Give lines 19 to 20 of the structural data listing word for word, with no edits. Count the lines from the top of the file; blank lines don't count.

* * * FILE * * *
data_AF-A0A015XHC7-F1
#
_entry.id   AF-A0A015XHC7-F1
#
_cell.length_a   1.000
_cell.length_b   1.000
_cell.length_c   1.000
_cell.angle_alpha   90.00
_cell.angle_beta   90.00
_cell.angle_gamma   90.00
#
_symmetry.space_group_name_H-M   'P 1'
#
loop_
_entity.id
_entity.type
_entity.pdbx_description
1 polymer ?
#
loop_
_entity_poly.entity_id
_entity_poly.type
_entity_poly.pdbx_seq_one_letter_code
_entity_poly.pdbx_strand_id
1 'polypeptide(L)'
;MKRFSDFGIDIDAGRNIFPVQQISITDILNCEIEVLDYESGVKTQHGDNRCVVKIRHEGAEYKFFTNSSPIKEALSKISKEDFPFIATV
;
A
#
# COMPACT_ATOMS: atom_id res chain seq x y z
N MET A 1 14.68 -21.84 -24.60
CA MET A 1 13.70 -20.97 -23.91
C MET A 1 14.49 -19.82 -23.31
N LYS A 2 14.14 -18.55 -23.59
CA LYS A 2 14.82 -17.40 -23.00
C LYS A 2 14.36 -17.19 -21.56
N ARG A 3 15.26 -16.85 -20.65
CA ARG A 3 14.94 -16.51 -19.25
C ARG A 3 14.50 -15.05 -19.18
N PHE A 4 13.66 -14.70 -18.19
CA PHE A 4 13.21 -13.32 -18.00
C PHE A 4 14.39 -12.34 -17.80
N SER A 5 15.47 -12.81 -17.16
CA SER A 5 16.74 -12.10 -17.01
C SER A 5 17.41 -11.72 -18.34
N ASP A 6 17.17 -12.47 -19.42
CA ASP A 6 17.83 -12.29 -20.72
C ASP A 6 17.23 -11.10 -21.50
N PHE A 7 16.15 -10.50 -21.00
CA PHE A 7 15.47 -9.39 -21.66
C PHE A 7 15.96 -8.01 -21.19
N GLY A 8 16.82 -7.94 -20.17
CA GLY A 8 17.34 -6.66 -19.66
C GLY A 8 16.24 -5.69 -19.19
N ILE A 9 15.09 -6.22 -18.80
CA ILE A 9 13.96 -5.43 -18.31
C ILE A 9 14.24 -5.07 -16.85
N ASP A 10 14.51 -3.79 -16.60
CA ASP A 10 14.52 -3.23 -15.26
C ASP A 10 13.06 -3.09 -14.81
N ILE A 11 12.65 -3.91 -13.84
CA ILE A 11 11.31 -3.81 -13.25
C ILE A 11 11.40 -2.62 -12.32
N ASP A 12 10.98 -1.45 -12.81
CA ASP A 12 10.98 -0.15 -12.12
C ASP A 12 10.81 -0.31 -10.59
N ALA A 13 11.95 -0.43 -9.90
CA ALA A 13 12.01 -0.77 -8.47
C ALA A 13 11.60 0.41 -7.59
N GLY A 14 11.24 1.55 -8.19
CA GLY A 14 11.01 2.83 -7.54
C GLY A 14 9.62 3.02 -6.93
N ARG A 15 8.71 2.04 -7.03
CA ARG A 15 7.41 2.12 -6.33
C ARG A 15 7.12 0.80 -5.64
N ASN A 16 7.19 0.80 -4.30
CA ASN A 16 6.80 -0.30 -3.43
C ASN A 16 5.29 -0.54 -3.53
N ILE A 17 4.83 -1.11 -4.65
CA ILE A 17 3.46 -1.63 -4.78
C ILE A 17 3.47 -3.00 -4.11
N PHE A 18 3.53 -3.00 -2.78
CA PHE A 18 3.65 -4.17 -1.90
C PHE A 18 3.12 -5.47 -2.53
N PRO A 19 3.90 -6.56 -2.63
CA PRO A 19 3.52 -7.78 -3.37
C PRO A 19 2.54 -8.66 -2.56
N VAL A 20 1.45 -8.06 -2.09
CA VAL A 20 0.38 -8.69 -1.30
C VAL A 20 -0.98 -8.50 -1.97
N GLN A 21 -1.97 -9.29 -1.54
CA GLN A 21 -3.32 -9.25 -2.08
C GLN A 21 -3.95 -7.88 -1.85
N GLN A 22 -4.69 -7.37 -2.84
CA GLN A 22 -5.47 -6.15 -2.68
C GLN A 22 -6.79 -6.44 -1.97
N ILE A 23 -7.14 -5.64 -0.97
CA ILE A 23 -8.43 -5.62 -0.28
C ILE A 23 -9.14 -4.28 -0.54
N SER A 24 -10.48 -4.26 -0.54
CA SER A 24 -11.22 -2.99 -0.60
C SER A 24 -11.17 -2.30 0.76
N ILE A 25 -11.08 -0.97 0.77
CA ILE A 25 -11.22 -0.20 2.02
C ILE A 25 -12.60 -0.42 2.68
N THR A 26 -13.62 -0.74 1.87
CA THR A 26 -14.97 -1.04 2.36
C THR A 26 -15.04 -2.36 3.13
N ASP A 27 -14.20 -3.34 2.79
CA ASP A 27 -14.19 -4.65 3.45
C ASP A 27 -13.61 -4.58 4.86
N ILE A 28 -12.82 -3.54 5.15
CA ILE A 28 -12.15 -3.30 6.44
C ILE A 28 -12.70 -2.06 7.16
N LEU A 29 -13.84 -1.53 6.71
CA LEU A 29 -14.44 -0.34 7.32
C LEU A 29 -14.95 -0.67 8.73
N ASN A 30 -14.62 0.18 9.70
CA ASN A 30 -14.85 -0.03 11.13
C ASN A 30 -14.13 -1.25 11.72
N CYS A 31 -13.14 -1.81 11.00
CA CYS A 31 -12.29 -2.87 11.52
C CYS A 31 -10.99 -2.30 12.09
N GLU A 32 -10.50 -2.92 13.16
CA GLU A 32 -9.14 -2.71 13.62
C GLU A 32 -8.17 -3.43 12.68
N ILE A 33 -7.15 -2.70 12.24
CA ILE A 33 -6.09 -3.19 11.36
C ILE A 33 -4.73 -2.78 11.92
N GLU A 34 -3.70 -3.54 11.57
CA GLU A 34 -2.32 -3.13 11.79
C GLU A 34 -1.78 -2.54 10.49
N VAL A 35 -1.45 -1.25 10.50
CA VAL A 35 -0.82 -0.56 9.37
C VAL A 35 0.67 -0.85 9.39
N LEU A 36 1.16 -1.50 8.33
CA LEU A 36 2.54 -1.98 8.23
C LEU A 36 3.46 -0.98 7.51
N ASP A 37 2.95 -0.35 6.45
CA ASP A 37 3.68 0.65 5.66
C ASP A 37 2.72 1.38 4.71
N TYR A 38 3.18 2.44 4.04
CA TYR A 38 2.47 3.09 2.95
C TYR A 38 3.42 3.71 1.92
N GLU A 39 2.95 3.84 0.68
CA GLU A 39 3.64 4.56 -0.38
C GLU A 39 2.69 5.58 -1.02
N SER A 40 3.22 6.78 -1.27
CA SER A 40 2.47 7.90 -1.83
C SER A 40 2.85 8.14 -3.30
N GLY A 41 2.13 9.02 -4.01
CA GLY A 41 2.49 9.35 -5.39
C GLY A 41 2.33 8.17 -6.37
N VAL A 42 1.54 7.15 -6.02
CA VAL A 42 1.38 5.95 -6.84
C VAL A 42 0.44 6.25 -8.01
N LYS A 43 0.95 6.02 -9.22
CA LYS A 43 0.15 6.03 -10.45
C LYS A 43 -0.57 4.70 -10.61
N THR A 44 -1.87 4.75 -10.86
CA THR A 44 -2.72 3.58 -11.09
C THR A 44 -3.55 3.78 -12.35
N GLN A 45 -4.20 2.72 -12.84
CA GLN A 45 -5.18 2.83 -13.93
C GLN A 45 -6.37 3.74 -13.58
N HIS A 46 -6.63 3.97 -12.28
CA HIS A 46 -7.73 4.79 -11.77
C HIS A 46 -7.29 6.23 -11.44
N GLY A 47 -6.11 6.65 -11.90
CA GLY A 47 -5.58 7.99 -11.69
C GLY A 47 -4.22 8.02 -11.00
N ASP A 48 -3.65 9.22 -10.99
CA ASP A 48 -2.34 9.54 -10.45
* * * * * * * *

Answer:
#
loop_